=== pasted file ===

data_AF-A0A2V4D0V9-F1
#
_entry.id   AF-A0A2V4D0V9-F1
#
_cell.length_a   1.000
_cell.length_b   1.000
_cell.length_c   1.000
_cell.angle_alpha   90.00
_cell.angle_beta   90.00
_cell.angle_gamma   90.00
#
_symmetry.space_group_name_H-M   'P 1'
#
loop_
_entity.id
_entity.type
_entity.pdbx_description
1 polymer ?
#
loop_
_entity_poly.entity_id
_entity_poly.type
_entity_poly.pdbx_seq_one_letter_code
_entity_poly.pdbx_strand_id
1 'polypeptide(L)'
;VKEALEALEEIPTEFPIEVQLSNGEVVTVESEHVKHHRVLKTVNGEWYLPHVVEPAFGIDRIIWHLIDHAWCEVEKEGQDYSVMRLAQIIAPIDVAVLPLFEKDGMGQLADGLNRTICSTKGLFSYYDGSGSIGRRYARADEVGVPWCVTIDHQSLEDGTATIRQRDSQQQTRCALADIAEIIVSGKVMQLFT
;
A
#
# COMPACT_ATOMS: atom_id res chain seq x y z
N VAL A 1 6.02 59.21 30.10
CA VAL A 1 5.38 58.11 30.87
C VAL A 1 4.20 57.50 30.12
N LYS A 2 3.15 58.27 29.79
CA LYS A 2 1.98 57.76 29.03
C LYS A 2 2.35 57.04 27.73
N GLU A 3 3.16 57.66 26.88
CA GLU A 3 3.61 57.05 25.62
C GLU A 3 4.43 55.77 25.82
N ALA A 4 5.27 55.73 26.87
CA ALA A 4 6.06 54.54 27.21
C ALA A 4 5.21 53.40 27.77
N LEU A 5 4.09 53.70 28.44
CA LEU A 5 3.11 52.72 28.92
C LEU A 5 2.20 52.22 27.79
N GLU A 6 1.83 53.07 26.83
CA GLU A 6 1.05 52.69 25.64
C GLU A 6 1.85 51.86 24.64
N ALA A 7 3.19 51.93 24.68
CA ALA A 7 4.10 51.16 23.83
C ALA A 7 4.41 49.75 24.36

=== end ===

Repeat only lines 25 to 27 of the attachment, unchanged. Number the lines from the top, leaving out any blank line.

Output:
1 'polypeptide(L)'
;VKEALEALEEIPTEFPIEVQLSNGEVVTVESEHVKHHRVLKTVNGEWYLPHVVEPAFGIDRIIWHLIDHAWCEVEKEGQDYSVMRLAQIIAPIDVAVLPLFEKDGMGQLADGLNRTICSTKGLFSYYDGSGSIGRRYARADEVGVPWCVTIDHQSLEDGTATIRQRDSQQQTRCALADIAEIIVSGKVMQLFT
;